Friday, 19 December 2014

{this moment}

{this moment} - Inspired by Amanda Soule at SouleMama
"A Friday ritual. A single photo - no words - capturing a moment from the week. A simple, special, extraordinary moment. A moment I want to pause, savor and remember. If you're inspired to do the same, leave a link to your 'moment' in the comments."


Connecting With Nature: Winter Solstice

This time of year in our society many people (ok, most) are focussed on the holiday season of peace, joy and gift giving. It is not a time when people look to spend time outdoors. In the northern hemisphere it is either too cold, too wet or too dark to do much at all outdoors.

But it is important to remain connected to the cycles of the Earth and seasons year round. As the season darkens and the natural world goes to sleep, we, too, turn inward and slow down.

The solstice, the longest night of the year, and a turning point for the return of the sun, is a time of inner reflection, but should also be a time to connect with the natural world.

Many of our seasonal traditions and images stem from natural winter elements, such as holly, pine boughs, pinecones, mistletoe and evergreen trees.


Here are some suggestions for connecting with nature in the darkest days of winter:



Friday, 12 December 2014

{this moment}

{this moment} - Inspired by Amanda Soule at SouleMama
"A Friday ritual. A single photo - no words - capturing a moment from the week. A simple, special, extraordinary moment. A moment I want to pause, savor and remember. If you're inspired to do the same, leave a link to your 'moment' in the comments."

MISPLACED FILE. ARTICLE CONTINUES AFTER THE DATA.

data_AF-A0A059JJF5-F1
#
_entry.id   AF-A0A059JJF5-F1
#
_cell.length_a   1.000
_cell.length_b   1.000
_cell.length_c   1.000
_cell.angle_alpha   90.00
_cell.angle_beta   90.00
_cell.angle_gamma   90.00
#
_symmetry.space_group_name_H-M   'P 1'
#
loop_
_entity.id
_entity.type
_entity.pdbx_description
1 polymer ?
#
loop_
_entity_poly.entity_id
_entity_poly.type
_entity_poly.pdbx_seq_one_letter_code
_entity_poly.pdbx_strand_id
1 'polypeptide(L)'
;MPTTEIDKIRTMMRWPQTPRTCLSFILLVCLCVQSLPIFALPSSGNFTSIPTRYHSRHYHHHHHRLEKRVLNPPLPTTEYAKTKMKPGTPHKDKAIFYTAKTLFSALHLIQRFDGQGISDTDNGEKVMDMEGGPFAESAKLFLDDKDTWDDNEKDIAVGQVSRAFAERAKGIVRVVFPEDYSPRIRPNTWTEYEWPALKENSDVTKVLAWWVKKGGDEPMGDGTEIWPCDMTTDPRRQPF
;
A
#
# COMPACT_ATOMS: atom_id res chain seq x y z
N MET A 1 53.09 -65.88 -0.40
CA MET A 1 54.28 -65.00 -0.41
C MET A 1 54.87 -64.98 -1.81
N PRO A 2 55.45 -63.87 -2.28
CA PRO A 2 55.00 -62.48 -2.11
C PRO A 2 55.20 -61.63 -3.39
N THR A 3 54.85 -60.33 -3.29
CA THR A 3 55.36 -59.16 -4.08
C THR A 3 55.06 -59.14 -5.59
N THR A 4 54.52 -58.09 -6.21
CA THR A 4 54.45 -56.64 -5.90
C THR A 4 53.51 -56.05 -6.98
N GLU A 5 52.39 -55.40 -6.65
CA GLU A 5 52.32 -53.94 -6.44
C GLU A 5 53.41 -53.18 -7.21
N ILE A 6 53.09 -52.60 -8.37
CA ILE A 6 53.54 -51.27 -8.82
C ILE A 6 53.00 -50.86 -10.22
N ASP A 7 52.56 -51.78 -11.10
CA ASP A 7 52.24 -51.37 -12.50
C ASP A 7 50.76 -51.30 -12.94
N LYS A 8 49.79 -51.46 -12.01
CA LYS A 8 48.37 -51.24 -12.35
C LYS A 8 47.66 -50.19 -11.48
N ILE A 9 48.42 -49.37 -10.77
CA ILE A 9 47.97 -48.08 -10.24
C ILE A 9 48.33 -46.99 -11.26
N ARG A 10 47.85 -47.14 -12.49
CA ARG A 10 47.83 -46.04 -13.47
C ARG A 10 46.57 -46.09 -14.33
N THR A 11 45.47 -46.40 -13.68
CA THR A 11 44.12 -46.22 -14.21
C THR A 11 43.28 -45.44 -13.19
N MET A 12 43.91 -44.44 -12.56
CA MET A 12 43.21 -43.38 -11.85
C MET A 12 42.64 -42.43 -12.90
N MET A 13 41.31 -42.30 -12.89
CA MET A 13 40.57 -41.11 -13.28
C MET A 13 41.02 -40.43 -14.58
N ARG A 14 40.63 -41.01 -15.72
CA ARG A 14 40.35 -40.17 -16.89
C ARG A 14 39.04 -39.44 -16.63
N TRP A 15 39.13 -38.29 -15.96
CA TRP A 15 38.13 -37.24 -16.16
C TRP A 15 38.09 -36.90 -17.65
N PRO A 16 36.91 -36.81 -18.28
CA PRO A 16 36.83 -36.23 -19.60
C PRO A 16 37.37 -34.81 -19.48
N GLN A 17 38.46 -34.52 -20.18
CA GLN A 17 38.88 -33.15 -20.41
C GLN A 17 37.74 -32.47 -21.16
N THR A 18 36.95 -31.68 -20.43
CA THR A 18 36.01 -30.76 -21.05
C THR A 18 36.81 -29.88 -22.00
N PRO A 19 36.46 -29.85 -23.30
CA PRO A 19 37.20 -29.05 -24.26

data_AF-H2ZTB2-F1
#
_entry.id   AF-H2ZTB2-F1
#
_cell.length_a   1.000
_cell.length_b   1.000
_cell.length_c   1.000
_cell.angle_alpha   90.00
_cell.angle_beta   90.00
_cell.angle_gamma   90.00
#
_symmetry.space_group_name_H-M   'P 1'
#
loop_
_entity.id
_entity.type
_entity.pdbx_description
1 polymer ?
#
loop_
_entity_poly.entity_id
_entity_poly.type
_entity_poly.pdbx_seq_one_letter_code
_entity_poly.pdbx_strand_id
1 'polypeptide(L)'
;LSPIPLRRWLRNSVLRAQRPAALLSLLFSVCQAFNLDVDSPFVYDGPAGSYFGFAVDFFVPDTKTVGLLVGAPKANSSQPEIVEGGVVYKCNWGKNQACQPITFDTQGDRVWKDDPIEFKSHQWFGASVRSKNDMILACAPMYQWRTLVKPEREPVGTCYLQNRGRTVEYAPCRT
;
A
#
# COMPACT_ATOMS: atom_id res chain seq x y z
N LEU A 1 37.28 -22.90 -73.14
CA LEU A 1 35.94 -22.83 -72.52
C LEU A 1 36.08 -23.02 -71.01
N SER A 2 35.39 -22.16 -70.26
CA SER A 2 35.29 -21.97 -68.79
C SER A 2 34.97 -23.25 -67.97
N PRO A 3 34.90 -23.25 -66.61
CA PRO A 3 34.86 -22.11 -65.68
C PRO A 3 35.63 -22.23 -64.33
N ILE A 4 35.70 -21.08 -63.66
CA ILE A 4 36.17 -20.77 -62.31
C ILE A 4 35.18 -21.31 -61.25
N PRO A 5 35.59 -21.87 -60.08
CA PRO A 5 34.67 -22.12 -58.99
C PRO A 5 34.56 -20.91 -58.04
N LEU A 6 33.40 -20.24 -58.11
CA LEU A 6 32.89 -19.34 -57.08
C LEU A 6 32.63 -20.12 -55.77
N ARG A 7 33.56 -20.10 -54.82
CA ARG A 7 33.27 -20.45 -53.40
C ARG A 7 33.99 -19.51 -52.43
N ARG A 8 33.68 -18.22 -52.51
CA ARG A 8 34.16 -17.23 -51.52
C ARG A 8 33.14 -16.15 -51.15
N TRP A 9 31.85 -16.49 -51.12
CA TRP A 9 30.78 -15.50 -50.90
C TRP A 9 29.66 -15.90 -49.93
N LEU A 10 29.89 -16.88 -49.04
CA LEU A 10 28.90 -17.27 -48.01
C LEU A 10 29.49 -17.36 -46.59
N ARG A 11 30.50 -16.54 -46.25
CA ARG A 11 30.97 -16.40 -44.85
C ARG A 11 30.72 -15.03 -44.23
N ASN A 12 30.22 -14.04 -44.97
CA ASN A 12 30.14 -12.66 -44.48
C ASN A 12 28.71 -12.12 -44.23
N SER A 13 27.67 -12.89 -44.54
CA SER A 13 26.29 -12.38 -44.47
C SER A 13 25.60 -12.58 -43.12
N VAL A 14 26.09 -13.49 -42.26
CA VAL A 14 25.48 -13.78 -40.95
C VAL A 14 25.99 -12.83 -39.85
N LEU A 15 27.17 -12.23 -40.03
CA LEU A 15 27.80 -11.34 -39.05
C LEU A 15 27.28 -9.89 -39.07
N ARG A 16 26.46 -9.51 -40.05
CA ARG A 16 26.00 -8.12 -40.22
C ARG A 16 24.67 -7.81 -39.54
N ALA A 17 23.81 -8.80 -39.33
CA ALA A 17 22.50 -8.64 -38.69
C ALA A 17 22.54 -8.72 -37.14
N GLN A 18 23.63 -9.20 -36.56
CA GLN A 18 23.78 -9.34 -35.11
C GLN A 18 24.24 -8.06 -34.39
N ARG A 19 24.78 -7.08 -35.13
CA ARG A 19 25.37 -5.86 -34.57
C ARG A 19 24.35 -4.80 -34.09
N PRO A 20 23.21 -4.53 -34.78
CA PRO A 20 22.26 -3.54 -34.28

Wednesday, 10 December 2014

The Beginnner's Guide to Knitting Socks

My first successful pair of socks.
I am a knit nerd, and especially a sock knit nerd.

I love spending time alone in a yarn shop feeling the fibres and browsing the patterns. I am willing to spend a ridiculous amount of money on beautiful needles.

After several failed starts and knitting yoga socks (no heels, no toes), I decided that this was the year I was going to learn how to knit socks.

For some reason turning the heel and picking up stitches for the gusset intimidated me.

When I found the book How To Knit Socks: Three Methods Made Easy, by Edie Eckman, I finally found my key to successfully tackling my own socks. It gives very clearly explained step-by-step procedures for socks, along with photos to show what each stage should look like.


Youtube has been a wonderful self-teaching tool for crafters, and I have used video tutorials to see the process for a few stages of knitting socks.
Yoga socks

I discovered that turning the heel (knitting short rows) was not difficult for me, but picking up the gusset stitches after knitting the heel just didn't feel or look right the way I was doing it. This youtube video is excellent and I love the nice braided edge it gives my socks.

Ankle socks

Then once I had knit a few pairs I purchased the basic sock pattern from Churchmouse Yarns, which expanded my repertoire and gave me another way to knit a sturdy heel that I now use for all my socks.

I love ribbing all the way down
for a snug fit.
I started learning socks using four or five double pointed needles (the yoga socks were made with two small circular needles), but several knitters I follow on Instagram raved about the magic loop method using one 32" circular needle so I knew I would have to give it a go. The Edie Eckman book teaches this method so I was set, and I can now say that I, too, prefer magic loop for socks.